Looking back, I know that I must have spent 1000 hours behind that boat, skipping across the water at the end of a rope, trying to perfect a turn on a slalom ski, diggin deep turns or holding on for dear life while an inner tube took to the air after hitting a rolling wave at 25 MPH. The funny thing is, with all those hours I spent, with all that effort I put in, all the sore muscles and techniques mastered, it wasn't the skiing that made a bit of difference in any of our lives. It was the countless hours around the campfire, the guitar songs and the washing dishes at the spigot because it was the kids' turn to clean. The ski boat was fun, but it was just an excuse to bring like minded people together, a reason to be a tribe of folks who loved to laugh and spend time in community.

Here it is, 30 years later, and I had the opportunity to do something I love in a location that seemed like a dream come true. For the last couple years I have spent countless hours preparing for and presenting at CUE conferences and #CueRockstar events - it is something I love to do and I learn a ton every time I participate. This time however was special: CUE Rockstar Admin - at the Skywalker Ranch in Lucas Valley, California. Wait, what? Seriously? Yes! I got to do what I love to do, in a place that produced something I have loved since I was a child - STAR WARS! Not only did I get to gig with some amazing EduLeaders, which was such an honor, but I got to present in the private screening room at the Skywalker Ranch. Imagine a tiny 20 seat movie theater with surround sound and a huge was as good as you are imagining. Each session was filled with inspiring new friends who had more to share with each other than any presenter could have dreamed to squeeze into even the best slide deck! At one point, I stopped the show and realized:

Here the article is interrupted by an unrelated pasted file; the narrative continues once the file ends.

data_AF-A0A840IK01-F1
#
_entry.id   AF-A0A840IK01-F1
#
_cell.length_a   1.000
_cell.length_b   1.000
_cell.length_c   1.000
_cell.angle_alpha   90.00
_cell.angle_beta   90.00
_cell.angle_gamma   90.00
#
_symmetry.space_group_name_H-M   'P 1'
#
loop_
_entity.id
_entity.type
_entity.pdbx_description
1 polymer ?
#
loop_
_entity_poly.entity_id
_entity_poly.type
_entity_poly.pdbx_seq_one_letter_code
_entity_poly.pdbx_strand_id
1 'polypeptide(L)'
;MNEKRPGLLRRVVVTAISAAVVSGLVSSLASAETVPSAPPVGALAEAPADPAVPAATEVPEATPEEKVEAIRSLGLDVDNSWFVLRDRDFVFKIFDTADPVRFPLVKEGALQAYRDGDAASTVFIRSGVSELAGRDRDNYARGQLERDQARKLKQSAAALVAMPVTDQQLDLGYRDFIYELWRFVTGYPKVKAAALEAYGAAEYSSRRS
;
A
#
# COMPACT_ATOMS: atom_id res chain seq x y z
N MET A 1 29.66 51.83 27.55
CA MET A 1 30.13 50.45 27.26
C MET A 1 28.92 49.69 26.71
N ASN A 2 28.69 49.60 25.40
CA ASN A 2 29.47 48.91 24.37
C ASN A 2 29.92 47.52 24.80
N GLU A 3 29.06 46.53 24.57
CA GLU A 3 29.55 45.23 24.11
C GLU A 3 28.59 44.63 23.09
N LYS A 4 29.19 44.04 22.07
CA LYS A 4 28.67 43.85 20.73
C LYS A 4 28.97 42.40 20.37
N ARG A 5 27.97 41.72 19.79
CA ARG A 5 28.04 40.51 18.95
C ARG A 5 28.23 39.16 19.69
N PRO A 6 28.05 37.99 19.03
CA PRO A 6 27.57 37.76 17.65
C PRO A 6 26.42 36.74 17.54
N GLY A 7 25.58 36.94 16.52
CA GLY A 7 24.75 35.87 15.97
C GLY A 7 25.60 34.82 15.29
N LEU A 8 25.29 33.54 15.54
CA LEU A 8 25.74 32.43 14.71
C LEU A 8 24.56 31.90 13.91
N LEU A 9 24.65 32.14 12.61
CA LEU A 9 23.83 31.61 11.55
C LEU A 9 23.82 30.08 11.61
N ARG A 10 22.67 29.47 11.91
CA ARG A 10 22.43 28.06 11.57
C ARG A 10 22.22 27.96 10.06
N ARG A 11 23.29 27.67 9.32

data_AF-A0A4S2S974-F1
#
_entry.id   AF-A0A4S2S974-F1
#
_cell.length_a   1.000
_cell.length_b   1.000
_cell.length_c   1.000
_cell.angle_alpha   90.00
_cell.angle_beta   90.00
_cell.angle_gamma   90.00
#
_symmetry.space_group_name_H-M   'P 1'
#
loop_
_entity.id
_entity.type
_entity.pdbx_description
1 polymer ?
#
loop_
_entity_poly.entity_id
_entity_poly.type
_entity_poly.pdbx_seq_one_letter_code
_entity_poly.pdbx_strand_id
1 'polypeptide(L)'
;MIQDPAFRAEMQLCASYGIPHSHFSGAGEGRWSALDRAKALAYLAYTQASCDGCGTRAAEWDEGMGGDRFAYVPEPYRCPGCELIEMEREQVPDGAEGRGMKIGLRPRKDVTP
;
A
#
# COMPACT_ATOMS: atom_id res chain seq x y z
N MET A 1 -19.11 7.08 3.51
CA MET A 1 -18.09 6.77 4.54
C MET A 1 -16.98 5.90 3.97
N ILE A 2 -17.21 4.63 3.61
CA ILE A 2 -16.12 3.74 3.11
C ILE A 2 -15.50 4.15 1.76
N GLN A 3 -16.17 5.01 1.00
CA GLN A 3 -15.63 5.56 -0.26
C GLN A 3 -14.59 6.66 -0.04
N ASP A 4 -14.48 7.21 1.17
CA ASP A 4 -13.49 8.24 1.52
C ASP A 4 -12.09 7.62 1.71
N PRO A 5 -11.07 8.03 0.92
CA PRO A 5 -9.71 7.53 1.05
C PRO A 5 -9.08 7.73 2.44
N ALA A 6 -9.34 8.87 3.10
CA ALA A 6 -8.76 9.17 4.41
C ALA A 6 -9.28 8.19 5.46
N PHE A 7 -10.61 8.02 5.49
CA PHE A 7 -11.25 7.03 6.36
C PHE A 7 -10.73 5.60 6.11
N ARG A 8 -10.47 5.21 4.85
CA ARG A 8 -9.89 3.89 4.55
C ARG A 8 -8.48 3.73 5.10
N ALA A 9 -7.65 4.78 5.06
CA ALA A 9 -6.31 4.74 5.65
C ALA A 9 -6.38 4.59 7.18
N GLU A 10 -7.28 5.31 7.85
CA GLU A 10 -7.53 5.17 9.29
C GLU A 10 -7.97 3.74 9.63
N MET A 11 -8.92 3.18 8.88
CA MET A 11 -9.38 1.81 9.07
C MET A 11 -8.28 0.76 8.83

1. I am in George Lucas' private screening room
2. I have the internet and an Amazon Video account

For $19.95 I bought The Force Awakens and we all sat in awe of what we were watching and where we were watching it.

I have to say, as nice as the digs were, as inspiring as it was to walk the same halls walked by those who created each iconic episode of my favorite film, as honoring as it was to share my ed-tech ideas with administrators from around the country, it turned out it was the community that made the memories and stole the show.  #CueRockstar Admin was an opportunity to circle up a tribe of like minded people who all needed a place in late April to lean on one another, to swap stories of rough patches and make connections for future fellowship.

Sunday, May 1, 2016

Be a Learner

The Power of Yet